PARENTERAL NUTRITION ASSOCIATED LIVER DISEASE: THE EFFECTS OF ALUMINUM CONTAMINATION AND LIPID COMPOSITION ON BILE ACID TRANSPORTERS
Hall, Amanda 1986-
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Rationale: Infants on parenteral nutrition (PN) risk developing parenteral nutrition associated liver disease (PNALD). The pathophysiology is not fully understood, but it is a multi-factorial disease that likely stems from sepsis, hepatic immaturity, pro-inflammatory (omega-6) lipids, and PN contaminants such as aluminum (Al). Dysfunction of bile acid transporters may be an important mechanism for the development of cholestasis and PNALD. The objective of this project is to examine the effects of Al on bile acid transporter proteins, both with and without pro-inflammatory lipids, thereby determining whether further efforts to reduce Al are needed for the treatment of PNALD. Methods: We conducted four different experiments, including a clinical survey, two piglet PN models, and one rat hepatocyte model. In our first experiment, we collected thirty samples of PN from a neonatal intensive care unit and analyzed the Al content using inductively coupled plasma mass spectrometry. For the piglet work, we conducted two randomized control trials using a Yucatan miniature piglet PN model. Newborn piglets (aged three to six days) were placed into two groups of seven to eight animals each. All groups were maintained on a strict PN diet for two to three weeks. One group in each study received PN with 24µg/kg/day Al, while the other received 63µg/kg/day of Al in PN. The first trial used omega-6 lipids in the PN for all piglets, while the second study used a mixed lipid solution. We chose five bile acid transporters (Mrp2, Bsep, Mrp3, Ntcp, and Oatp8), a cytoskeletal protein (radixin), and a nuclear receptor (FXR) as targets important in bile flow. All transporters were examined by qPCR, but only Mrp2 and Bsep were studied by immunofluorescence confocal microscopy, while Western blot evaluated Mrp2 protein. The serum was analyzed for total bile acids and for C-reactive protein (a marker of inflammation). In the second study, we also conducted transmission electron micrography to evaluate hepatocyte ultrastructure. Our last study used sandwich-cultured primary rat hepatocytes. The hepatocytes were placed into six groups to compare Al, omega-6 lipids, and mixed lipids, both individually and combined. After 60 hours of exposure to the Al and/or lipids, the hepatocytes were collected and similar bile acid transporters were evaluated using qPCR, with additional Western blotting for Ntcp and Oatp2, as well as a cholyl-lysl fluorescein functional assay for Mrp2. Results: Our clinical work demonstrated that 90% of neonatal PN samples had potentially unsafe levels of Al (mean: 14.02 (SD: 6.51) µg/kg/day), as compared to the FDA recommendations of <5µg/kg/day. In the piglet trial using omega-6 lipids, qPCR demonstrated more mRNA for Mrp2, Bsep, Mrp3, and Ntcp in the lower Al group, as compared to the higher Al group. In the piglet study with mixed lipids, qPCR showed more mRNA for only Oatp8, Ntcp, and Mrp3, in the lower vs the higher Al group. This second piglet study also had a greater rise in C-reactive protein (p=0.03) and shorter canalicular microvilli (p=0.01) in the group with higher Al contamination, as compared to the lower Al group. Neither study showed any difference in the amount of Mrp2 protein between the groups and there were minimal changes in immunohistochemistry. There was also no difference in serum bile acids in either study. The hepatocyte experiment showed a wide array of mRNA changes following exposure to Al and/or lipids. For Western blot, there was no difference in Ntcp protein between any of the groups. However, there was significantly more Oatp2 protein in the isolated Al group as compared to the Al + omega-6 lipid group (p=0.04). Finally, the cholyl-lysl fluorescein assay demonstrated the least excretion in any group containing mixed lipids. Conclusions: Neonatal PN still has significant Al contamination. In piglet studies, high amounts of Al in PN have a negative effect on the mRNA of many of the bile acid transporters, in addition to inducing structural changes, and increasing inflammation. The less-inflammatory mixed lipid solution only partially mitigates the effects of Al. The hepatocyte work also suggests that there may be a synergistic negative effect for Al and omega-6 lipids, at least for Oatp2. Overall, Al does have a negative effect on bile acid transporters and could plausibly contribute to the pathogenesis of PNALD. Further efforts to reduce the Al contamination in infant PN are warranted.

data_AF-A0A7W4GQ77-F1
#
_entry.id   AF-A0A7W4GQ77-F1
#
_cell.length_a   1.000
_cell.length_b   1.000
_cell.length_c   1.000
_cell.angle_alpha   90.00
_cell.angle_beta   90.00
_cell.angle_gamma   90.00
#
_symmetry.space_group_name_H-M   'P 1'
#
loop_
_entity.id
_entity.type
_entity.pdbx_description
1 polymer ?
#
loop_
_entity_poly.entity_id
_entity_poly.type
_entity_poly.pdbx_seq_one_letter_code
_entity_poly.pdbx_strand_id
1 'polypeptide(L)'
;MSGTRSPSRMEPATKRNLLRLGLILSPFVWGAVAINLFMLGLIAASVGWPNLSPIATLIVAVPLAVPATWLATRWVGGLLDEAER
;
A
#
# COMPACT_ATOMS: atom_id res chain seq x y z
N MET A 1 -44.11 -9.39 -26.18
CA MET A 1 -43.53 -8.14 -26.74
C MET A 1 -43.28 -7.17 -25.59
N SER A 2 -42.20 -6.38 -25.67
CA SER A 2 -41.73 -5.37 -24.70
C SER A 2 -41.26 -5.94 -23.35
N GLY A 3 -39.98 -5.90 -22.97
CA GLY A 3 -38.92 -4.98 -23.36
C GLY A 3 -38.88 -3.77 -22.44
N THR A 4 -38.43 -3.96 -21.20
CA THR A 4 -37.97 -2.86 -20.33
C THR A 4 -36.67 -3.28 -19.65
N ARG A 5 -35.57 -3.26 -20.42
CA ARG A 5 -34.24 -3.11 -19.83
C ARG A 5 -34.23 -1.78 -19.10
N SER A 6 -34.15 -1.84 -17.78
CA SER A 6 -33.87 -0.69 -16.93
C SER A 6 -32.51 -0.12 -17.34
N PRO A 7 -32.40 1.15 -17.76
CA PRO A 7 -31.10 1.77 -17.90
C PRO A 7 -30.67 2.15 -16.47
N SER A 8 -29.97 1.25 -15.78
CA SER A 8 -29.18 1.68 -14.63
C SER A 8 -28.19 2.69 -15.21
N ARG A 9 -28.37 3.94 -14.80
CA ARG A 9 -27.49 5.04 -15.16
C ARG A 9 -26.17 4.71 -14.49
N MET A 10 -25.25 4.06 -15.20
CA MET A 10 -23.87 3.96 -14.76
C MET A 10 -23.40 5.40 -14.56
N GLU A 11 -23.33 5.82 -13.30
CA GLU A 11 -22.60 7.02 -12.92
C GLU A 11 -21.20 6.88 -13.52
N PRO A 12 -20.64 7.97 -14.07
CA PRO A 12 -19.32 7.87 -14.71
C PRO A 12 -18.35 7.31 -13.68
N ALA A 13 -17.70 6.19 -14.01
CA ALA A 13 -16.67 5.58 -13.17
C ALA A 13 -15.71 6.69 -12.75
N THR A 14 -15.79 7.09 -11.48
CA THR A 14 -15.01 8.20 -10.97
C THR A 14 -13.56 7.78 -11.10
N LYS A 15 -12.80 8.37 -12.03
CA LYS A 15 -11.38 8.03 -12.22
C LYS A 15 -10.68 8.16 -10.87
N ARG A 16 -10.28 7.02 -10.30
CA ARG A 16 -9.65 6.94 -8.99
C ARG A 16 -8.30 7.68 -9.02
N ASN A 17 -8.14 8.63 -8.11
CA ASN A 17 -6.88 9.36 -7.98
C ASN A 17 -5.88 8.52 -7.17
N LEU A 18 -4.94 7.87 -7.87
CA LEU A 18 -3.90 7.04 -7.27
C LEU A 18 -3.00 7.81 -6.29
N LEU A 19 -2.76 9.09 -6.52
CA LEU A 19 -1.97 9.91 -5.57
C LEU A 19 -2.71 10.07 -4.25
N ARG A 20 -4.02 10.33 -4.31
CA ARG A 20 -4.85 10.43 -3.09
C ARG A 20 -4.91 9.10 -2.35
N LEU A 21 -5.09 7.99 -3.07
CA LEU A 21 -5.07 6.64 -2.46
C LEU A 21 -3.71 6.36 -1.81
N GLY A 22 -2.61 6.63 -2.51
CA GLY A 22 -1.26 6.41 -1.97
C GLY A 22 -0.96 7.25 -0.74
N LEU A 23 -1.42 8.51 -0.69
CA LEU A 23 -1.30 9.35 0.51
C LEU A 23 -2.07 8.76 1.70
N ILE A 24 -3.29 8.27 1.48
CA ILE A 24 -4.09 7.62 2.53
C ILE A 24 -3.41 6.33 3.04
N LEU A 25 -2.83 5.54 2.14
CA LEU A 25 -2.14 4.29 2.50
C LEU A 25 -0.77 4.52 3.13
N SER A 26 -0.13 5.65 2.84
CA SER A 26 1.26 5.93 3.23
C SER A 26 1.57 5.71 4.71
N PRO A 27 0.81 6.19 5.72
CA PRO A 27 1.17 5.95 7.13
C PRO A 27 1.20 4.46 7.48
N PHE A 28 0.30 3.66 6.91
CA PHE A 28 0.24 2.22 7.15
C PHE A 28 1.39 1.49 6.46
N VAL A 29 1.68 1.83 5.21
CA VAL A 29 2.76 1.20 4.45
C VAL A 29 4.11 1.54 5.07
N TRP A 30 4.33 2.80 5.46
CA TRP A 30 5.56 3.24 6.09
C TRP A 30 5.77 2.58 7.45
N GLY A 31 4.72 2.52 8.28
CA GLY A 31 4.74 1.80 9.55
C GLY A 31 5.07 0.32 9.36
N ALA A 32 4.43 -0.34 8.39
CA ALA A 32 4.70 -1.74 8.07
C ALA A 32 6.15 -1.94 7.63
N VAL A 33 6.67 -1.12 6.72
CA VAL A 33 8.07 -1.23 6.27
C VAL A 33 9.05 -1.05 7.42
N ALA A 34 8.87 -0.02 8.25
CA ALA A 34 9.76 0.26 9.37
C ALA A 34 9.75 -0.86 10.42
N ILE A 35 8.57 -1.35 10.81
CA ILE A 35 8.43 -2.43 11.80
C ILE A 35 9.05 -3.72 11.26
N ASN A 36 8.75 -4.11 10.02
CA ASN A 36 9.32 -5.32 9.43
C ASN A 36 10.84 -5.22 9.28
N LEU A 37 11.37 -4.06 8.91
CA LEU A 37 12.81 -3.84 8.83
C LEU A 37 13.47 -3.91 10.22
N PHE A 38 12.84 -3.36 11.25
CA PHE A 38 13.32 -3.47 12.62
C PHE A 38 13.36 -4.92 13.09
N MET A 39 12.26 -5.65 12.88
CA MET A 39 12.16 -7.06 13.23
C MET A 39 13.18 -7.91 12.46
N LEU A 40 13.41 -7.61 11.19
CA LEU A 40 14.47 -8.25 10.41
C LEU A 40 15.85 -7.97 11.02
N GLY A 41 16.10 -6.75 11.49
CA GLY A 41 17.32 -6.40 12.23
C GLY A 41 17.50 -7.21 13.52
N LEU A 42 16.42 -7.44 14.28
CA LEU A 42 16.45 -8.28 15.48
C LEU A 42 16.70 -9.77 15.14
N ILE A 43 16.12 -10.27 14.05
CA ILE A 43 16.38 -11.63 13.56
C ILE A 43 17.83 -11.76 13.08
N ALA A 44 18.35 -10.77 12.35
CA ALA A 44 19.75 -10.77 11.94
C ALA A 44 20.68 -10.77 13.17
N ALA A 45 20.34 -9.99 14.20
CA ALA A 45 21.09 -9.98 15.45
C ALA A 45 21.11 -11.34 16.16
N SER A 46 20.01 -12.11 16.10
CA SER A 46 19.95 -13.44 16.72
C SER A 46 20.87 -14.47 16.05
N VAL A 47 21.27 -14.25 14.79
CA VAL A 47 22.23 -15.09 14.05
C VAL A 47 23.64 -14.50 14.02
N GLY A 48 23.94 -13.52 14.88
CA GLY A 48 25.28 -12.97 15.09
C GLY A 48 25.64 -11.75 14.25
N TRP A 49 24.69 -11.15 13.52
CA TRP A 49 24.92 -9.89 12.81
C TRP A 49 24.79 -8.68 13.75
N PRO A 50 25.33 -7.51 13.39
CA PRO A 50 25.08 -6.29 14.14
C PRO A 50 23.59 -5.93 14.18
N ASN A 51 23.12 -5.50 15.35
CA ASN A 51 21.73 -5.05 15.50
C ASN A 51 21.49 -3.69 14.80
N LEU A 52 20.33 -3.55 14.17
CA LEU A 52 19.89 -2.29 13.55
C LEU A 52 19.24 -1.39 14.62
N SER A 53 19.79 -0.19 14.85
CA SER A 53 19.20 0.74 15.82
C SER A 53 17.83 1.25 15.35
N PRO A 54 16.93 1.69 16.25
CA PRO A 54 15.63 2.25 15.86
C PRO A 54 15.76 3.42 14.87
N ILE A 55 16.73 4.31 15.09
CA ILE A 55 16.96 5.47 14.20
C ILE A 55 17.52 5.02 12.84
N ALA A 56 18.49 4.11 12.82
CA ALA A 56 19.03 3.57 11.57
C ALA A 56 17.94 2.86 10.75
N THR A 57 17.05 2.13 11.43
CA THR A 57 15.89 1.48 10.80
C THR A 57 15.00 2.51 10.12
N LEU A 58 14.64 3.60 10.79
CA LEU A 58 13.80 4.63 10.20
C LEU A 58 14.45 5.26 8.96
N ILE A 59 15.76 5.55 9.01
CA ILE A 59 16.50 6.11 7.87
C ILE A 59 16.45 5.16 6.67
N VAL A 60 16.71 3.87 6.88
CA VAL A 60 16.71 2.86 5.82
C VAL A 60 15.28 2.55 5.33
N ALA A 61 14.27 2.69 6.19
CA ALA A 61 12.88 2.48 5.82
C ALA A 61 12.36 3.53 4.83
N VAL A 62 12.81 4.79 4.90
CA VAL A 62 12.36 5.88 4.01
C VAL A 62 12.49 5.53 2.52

DegreeDoctor of Philosophy (Ph.D.)
SupervisorMiller, Grant; Zello, Gordon
CommitteeRadomski, Marek; Arnold, Chris; Alcorn, Jane; Keith, Roger
Copyright DateJune 2017